The second bit is a cataloguing of star Brigitte Bardot’s many attributes. She lies on a bed naked, in character as Camille, with her onscreen husband Paul (Michel Piccoli). She is vulnerable and insecure about her body, in direct opposition to our perception of the sexbomb and her reputation. In truth, the scene was Godard’s capitulation to the producers, who wanted a little sizzle to help them sell the feature. It is itself an artistic compromise, much like the ones Paul will give in to as the film progresses. The changing colors and the static filming of the scene will later be echoed in the images we see of Greek statuary. Bardot is our movie goddess. She is so revered, that merely half an hour into the film, Godard creates a montage of flashbacks reviewing everything she’s done in the previous 30 minutes. Just in case you needed reminding.

The “plot” of Contempt is rather bare. Paul is a writer who is hired by an American movie producer to rewrite an adaptation of Homer’s The Odyssey. Jeremiah Prokosch (Jack Palance) is an uncultured schlock peddler. Fritz Lang appears as himself, playing the director whom Jeremiah (or Jerry) has hired and who is now proving too artistically difficult. Jerry wants more sex and death, Lang wants to deal with the grand themes of humanity.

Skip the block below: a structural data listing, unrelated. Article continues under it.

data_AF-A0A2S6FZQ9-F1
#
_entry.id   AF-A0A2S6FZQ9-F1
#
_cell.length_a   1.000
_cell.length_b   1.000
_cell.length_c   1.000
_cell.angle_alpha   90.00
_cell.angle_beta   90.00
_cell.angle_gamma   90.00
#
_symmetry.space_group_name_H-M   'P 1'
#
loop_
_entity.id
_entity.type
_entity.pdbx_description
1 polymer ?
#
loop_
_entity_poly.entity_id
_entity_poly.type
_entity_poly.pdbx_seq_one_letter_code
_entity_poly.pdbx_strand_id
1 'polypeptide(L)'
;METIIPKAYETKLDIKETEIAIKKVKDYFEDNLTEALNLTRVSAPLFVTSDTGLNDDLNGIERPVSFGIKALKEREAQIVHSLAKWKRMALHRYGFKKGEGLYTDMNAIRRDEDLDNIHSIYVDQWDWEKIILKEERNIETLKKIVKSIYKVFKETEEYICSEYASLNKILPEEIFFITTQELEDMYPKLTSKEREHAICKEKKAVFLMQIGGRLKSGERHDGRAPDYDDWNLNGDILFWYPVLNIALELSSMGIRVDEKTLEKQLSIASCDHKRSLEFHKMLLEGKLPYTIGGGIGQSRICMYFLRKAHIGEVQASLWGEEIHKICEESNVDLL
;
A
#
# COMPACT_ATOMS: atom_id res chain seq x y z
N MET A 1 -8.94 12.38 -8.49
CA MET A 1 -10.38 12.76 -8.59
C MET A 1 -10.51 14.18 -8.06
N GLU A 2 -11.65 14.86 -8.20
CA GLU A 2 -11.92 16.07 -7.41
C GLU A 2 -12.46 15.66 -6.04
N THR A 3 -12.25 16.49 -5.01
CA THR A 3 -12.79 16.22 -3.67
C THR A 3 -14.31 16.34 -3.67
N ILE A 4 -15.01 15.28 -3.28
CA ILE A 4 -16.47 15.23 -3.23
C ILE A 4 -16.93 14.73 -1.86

The story of these characters begins to parallel that of Odysseus and Penelope and the rest in a small, confined way. When Jerry meets Camille, he immediately sets his sights on her. His view of women is about as low as his respect for classic literature. His theory about The Odyssey is that Penelope cheated on Odysseus while he was away. Jerry keenly perceives that despite being there physically, Paul checked out a long time ago; thus, Camille is the Penelope waiting to be taken. As the script development progresses, Paul reveals himself in how he alters Jerry’s theory: Odysseus left for war and doesn’t rush home because he was sick of his wife. If she was unfaithful, all the better, it only proves him right. When Odysseus returns and kills his rivals, it’s really just a matter of protecting his territory and asserting his masculine rights (those terms should likely be in quotes).